Wheeler presses forward with body cameras for PPB

Multnomah County

PORTLAND, Ore. (KOIN) — Following the U.S. Department of Justice’s request for the city to implement a body-worn camera program for all officers, Mayor Ted Wheeler announced he has taken steps to “lay the groundwork” for such an initiative.

He directed the Portland Police Bureau to research equipment and pursue grant funding for such a program ahead of any City Council vote on the matter.

Wheeler said he remains a longstanding supporter of body cameras.

“They are used in most large cities and are shown to assist in accountability, public transparency and fewer reports of misconduct,” he said.

The mayor said he’ll work with the Department of Justice to make sure the city complies with the DOJ’s list of requests surrounding a settlement agreement, including implementing body cameras.

“We had work well underway some time ago but for reasons I’m not fully aware of — may have to with budget — the project wasn’t completed,” said PPB Lt. Greg Pashley.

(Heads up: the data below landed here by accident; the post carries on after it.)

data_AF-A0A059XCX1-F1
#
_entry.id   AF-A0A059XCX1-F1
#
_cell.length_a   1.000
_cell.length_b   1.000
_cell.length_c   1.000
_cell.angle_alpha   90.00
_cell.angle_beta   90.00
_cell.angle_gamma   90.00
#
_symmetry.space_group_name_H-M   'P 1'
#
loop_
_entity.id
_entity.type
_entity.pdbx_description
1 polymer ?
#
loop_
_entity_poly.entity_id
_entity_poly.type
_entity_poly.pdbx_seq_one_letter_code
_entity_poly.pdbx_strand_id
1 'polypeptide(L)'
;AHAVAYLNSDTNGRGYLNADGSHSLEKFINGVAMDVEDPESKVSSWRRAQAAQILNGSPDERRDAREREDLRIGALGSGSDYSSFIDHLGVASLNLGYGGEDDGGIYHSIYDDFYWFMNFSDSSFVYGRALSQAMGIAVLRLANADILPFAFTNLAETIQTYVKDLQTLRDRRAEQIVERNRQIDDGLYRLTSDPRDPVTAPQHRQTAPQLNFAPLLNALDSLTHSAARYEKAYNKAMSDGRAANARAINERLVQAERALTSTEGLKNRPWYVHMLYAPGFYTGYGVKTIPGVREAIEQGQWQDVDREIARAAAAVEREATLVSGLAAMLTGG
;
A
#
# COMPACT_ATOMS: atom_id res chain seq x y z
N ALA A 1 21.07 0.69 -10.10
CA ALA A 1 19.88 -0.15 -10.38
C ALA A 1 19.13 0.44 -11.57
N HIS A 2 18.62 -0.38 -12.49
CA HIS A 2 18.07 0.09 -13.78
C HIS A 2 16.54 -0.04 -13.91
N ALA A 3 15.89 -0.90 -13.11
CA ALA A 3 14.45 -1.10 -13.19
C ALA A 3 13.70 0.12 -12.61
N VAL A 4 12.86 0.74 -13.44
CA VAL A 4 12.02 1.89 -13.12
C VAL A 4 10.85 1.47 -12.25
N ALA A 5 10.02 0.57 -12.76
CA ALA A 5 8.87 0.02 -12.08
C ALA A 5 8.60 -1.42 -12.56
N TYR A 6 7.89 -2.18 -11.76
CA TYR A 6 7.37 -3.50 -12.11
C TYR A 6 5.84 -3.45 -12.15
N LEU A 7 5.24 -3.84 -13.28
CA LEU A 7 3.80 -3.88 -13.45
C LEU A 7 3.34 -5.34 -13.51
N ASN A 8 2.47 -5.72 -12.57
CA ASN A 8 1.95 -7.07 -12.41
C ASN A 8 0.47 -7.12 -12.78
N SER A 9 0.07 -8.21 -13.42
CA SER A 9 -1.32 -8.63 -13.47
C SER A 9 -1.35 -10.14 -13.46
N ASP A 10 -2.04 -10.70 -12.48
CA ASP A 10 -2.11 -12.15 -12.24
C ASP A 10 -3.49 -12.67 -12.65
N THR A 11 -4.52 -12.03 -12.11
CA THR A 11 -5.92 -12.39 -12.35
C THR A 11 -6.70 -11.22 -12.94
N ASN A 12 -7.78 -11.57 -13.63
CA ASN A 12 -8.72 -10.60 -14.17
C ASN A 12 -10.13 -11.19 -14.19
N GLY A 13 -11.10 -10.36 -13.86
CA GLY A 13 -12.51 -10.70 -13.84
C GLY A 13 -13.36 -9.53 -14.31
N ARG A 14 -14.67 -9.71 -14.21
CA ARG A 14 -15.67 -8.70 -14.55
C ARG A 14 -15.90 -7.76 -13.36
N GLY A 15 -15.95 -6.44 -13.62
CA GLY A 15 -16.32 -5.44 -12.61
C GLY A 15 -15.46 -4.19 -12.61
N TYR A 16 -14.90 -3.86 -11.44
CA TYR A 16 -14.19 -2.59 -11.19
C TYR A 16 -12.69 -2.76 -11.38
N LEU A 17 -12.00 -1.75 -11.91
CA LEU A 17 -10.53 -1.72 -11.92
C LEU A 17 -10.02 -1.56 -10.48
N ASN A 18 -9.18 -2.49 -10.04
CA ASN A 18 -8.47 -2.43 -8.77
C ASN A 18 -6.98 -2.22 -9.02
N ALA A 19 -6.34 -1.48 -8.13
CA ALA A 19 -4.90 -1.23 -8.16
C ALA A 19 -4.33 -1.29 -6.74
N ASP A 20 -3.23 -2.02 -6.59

Pashley said the Portland Police Bureau is in favor of body cameras and said the program is being discussed as part of contract negotiations with the Portland Police Association.

“Portland is the only large city in the country that doesn’t have body cams for police officers,” said PPA Executive Director Daryl Turner. “The Portland Police Association has advocated for body worn cameras for years. We are glad to finally see City Council support.”

Commissioner Jo Ann Hardesty has spoken out against body cameras in the past, saying they’re expensive and there has been “inconclusive evidence that they provide police accountability and reduce police use of force.” However, Hardesty said in mid-July, “I have been researching the issue and now believe there is new technology, policies, and additional best practices to draw from that can lead to a body camera program that produces better outcomes in policing, but the devil is in the details.”

Commissioner Mingus Mapps told KOIN 6 News quick action is needed.

“There is a public safety gap. The size of our police department is roughly where it was in the early 1990s, and in the meantime our population has doubled. You can see the evidence of this in our response times,” said Mapps. “Our city is also attempting to recover from the economic impact of a global pandemic. We need to institute body cameras to ensure transparency while simultaneously achieve appropriate staffing levels for our police department. City Council needs to act with a sense of urgency.”

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